Design Dos and Don’ts

Design Dos and Don’ts

Read Time: 5 Minutes


01 Apr 2019

Hello! I’m Leanne, and I’m the Head of instantprint’s Studio Team. I believe that anyone can create awesome, professional looking print – no matter their skill level. 

How you design is up to you: you can choose to customise one of our free templates or create something from scratch with your preferred design software. Whatever your decision here are my top tips for designing print that really shows off how amazing your business is.


What Software Should I Use?

Not sure what design software to use? I’ve matched the main options with their appropriate skill levels to help you decide.



If you’re used to working with design software and you’re confident in using it then go for it! I’d recommend using Adobe Creative Suite for all types of artwork. This includes programs like Photoshop, Illustrator and InDesign.

You can always give it a try before you purchase the full package – you can download a free trial from their website and they have lots of tips and tutorials to help you nail it!



If you’re not familiar with Adobe Creative Suite, Microsoft Office is a fantastic design option for intermediate designers. It’s super easy to create simple text and image layouts on Word and Publisher. 

Save your file as a PDF or JPEG and you’re good to go.



If you’re not as confident or just want something a little bit quicker, you can design on our website for free and still get a quality, professional result.
Pick a ready-made template or start from scratch. From there, you can add colour, shape, text and images to create a style that suits your business down to a T. You’ve got everything you need at your fingertips!


Before You Start


  1. Set your artwork up to the right size for your product before you begin 
    There’s nothing worse than designing your perfect business card to find it’s not the right size. Setting your document up to the right size at the beginning of the design process is the easiest way of making sure you get the size spot on.

    Check out the product you’d like to design on the website, where you can find the exact size in the product specs/FAQs.

  2. Remember the safe zone and bleed area

    Imagine printing 500 flyers only to have your business’ web address cut off at the bottom of every single one. Trimming isn’t exact. That’s why it’s so important to keep all the important elements of your design 3mm away from the edges.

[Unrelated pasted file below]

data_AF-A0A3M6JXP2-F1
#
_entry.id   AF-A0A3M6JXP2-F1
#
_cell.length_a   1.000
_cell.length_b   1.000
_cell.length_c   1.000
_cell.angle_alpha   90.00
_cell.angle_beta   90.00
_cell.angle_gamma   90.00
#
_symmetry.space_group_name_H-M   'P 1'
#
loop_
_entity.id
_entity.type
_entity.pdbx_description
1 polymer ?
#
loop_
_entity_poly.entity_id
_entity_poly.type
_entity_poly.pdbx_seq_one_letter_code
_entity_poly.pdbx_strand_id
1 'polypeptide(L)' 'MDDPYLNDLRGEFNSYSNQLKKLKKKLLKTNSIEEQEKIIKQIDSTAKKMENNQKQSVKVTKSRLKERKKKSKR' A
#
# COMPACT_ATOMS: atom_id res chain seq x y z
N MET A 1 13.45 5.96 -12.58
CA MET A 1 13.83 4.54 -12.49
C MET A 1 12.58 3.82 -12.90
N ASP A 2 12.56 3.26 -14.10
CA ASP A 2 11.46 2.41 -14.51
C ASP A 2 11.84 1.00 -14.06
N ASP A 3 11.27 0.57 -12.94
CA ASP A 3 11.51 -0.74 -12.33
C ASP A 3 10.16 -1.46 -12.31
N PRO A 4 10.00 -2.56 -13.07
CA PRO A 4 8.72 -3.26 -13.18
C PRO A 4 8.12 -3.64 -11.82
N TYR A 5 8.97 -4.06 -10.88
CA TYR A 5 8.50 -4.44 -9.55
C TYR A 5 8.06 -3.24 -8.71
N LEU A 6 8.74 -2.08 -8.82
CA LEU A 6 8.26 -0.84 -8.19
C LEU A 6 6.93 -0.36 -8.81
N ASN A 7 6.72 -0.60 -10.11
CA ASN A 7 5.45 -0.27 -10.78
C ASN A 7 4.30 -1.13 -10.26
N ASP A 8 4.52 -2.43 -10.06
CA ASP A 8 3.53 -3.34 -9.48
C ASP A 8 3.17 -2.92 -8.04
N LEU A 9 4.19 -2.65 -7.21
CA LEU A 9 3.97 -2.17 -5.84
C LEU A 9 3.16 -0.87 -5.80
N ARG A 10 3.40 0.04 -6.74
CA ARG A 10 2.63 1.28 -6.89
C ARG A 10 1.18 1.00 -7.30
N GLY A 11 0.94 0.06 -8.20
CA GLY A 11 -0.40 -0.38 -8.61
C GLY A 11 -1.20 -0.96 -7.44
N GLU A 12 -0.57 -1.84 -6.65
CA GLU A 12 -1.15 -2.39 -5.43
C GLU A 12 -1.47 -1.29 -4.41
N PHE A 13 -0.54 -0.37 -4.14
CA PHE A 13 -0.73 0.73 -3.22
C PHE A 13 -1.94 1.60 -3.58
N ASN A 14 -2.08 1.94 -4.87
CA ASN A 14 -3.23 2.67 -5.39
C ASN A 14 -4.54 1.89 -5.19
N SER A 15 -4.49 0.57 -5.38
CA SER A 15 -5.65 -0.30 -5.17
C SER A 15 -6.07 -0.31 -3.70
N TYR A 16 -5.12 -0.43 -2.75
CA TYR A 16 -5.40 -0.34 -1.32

Adding 3mm bleed is also important for this reason. We’d recommend extending your design’s background colour or pattern as the bleed area. Check out our bleed guide for more advice.

  3. Think about your layout

    It’s always a good idea to use a grid or guide in design software to make sure the whole design looks balanced. This lets you align your text perfectly and give everyone element of the design its own space. 

    Our design online tool also has a grid option you can use to get your alignment spot on every time.

  4. Research for inspiration

    The internet can be a great tool for quick and easy research. Designing a flyer for a café? Search ‘café flyers’ using your chosen search engine to get results at the touch of a button.


When You're Designing


  1. Use royalty free images

    Make sure you’ve got the right to use the images in your design. A lot of websites will let you pay a license fee to download and use their images without paying additional royalties. 

    Make sure all images you use are high quality too – check out our resolution guide for best practice.

  2. Design on a desktop computer or laptop

    Design apps on your mobile phone and tablet aren’t usually able to product high resolution artwork for print. So even if it looks great on your screen, there’s a chance it’ll print blurry and even include the app’s logo somewhere on your design.

  3. Avoid scans, screenshots and images from social media

    Images on social media are reduced in quality to display online, and scans and screenshots are usually low resolution and might be aligned wrong. It’s best to use original images or high-quality stock images from websites such as Shutterstock.

  4. Use CMYK colours

    Computer and phone screens, like the one you’re using now, use RGB colours, meaning they show more colours than can actually be printed.

    Commercial printing presses use CMYK (cyan, magenta, yellow and black). So, to get the best result, we recommend converting your designs to CMYK before you send them to us. Check out our colour guide for more help with this.


When You've Finished Designing

Only approve artwork online if you're happy with it!

Once you’ve finished and uploaded your artwork, we’ll send you a proof to show you how it’ll look when it’s printed. When you’ve approved this, it’ll go straight to the printer – meaning, we can’t change it.

We want you to have every confidence in your print job. That's why our Studio team will always manually check your artwork once you've placed your order. We’ll make sure everything set up properly for print, so you know the finished product will look amazing. 


Top Tip

If you use our free design online tool, you can save your designs to your account – just remember to log in before you start designing.


About the Author

Hi, I'm Jess and I head up the studio team at instantprint. I help customers understand how to supply their artwork for print.